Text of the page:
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Md. Senate Approves U.S. House Redistricting Bill

ANNAPOLIS, Md. (AP) -- The Maryland Senate approved Democratic Gov. Martin O'Malley's congressional redistricting plan on a 33-13 vote on Tuesday, and Democrats said the new map reflects necessary demographic changes while Republicans contended it favors party politics over the people.

All 12 of the Senate's Republicans voted against plan, and all but one Democrat voted for it. A House committee voted 18-5 in favor of the map Tuesday. The House is expected to vote on the bill Wednesday.

Supporters of the plan say the congressional map for the next 10 years reflects changing demographics in the suburbs of the nation's capital and up the Interstate 270 corridor.

Sen. Catherine Pugh, a Baltimore Democrat who chairs the Legislative Black Caucus, said the caucus initially set out to maintain two African-American districts, which the plan does. Pugh, who voted for the map, also noted that the black caucus was engaged in the redistricting process for more than a year, and a third majority-minority district could develop in the future in the 5th Congressional district in southern Maryland. Rep. Steny Hoyer, a member of the House Democratic leadership, currently holds the seat.

"We hired consultants. We put forth maps, and none of those maps showed a third African-American district, but what we did ask for was not to diminish Charles County, because we see the opportunity for a third African-American district there," Pugh said.

Republicans criticized the governor's proposal as a gerrymandered map designed to give a Democrat a much better chance to defeat Republican Rep. Roscoe Bartlett, who has held the 6th Congressional district seat in western Maryland since 1993. The GOP also attacked the plan for separating communities of interest, and forcing people from the Montgomery County suburbs into a district that has been traditionally rural.

"The only reason this was done was to attempt to elect a Democrat from the sixth district. It may or may not work, Mr. President," Sen. George Edwards, R-Garrett, said, referring to Senate President Thomas V. Mike Miller, a Democrat who was on the redistricting advisory panel. "It may or may not work, because there is a lot of difference in the thinking."

The state's delegation to the U.S. House of Representatives includes six Democrats and two Republicans.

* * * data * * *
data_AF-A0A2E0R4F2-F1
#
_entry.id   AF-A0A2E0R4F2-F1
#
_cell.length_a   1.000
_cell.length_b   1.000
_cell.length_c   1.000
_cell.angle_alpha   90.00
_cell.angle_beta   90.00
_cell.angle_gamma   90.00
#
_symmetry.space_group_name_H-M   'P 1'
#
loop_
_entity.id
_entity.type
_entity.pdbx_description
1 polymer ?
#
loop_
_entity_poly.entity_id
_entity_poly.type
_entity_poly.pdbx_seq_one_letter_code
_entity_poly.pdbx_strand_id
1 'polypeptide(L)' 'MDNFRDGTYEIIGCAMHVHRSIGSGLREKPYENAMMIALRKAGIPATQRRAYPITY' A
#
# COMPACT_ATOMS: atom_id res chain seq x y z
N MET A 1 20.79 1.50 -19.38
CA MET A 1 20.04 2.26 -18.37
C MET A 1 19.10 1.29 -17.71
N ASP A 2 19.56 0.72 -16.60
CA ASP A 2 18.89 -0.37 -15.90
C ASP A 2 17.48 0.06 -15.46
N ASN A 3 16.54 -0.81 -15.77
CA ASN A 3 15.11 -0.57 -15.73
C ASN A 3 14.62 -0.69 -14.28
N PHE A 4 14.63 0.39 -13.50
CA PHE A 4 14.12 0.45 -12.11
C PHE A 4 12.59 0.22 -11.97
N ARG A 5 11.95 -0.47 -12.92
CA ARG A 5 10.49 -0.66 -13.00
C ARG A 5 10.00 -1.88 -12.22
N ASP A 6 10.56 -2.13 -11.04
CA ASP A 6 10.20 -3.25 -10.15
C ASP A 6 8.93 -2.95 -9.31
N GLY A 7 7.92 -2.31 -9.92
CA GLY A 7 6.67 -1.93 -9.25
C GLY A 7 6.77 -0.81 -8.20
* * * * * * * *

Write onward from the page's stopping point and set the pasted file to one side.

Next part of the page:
Sen. Delores Kelley, D-Baltimore County, said she supported the map because it would keep experienced lawmakers in office during difficult times.

"We need some seasoned leaders who have shown at least in Maryland that they're able to work together, even if the entire Congress has not lived up to that ideal," Kelley said.

But Sen. C. Anthony Muse, the only Democrat to vote against the map, said he could not support the plan, because it doesn't reflect the best interests of his constituents. Muse, who represents Prince George's County, said lawmakers have been told the map is beneficial to the Democratic Party, but he said he thinks the plan puts the good of the party over the good of the people.

"In fact, I believe it pits the party against the people -- against a minority population that has down through the decades been the party's most loyal supporters, and yet we stand at this moment in history determined to reward that loyalty by diluting their political power, weakening their voices and shrinking their districts," Muse said.

Delegate Dereck Davis, a Democrat who also represents Prince George's, said members of Congress don't just think about their districts.

"We need to get out of this sense of light-mindedness that only people who think like me or live in the area that I live or do the things that I do can represent me," said Davis, who supports the governor's map.

Republican Sen. Christopher Shank, of Washington County, said he could not see how the plan benefits western Maryland.

"Others have spoken about the seniority and other things along those lines, but let there be no doubt: this is a gerrymandered map to fulfill a national political goal and I can't support that," Shank said.

The state's congressional districts are being redrawn in response to the 2010 census, which found suburban Maryland counties had the state's biggest population growth over the last decade. All of the state's population gain resulted from increases in minorities, according to the census.

Debate over creating a third majority-minority district has created an unusual alliance between Maryland Republicans and a political action committee based in heavily Democratic Prince George's County. The GOP and the Fannie Lou Hamer Political Action Committee pushed for an alternative redistricting measure that would have created a third majority-district, but the bill has been rejected.

A spokeswoman for Fannie Lou said the committee would file a grievance with the U.S. Justice Department and file a lawsuit in federal court, if the governor's proposal is not changed.

(Copyright 2011 by The Associated Press. All Rights Reserved.)

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